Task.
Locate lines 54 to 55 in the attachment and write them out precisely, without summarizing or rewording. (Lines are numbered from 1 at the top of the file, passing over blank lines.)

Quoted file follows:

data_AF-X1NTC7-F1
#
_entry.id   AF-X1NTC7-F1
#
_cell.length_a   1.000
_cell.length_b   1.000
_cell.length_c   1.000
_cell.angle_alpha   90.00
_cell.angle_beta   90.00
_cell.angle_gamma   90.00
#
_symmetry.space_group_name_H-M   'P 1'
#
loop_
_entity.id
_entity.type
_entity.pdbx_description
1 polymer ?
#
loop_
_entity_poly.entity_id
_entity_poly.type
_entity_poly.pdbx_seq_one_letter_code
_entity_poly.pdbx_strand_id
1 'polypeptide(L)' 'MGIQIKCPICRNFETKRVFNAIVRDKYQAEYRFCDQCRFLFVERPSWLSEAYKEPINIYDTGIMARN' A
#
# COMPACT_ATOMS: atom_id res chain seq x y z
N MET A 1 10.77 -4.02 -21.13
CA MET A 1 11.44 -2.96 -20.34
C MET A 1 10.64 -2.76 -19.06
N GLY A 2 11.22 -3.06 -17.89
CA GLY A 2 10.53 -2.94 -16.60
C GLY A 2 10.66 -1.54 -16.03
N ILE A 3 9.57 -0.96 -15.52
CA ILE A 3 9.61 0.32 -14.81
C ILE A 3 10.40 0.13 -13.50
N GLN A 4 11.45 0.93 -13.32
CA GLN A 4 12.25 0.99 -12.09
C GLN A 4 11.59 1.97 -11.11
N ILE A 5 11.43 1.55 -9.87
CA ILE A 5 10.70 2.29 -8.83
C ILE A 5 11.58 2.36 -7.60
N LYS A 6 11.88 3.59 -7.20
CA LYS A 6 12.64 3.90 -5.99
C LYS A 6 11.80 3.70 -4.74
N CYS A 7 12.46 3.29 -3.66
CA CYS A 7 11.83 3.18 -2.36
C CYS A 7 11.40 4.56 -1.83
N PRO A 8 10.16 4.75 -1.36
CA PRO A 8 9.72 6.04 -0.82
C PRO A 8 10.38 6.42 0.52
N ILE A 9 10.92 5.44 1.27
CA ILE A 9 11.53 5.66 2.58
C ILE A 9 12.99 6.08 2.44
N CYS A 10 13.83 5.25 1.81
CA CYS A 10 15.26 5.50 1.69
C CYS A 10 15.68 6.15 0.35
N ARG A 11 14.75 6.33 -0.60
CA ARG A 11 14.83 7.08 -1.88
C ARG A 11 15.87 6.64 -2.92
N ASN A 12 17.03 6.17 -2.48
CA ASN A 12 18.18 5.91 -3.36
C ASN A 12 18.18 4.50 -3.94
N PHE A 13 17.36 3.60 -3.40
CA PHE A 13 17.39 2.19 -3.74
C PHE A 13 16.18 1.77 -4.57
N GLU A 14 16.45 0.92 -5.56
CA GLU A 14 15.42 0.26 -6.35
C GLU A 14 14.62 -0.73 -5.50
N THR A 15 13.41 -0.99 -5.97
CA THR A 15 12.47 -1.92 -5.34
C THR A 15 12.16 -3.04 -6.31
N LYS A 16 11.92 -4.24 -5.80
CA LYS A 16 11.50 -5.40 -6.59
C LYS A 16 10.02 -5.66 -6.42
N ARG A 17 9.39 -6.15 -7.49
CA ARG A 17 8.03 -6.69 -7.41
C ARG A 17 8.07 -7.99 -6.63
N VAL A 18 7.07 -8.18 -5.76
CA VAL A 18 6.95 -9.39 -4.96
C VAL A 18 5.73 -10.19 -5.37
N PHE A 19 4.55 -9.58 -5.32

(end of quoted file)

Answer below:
C ILE A 9 12.99 6.08 2.44
N CYS A 10 13.83 5.25 1.81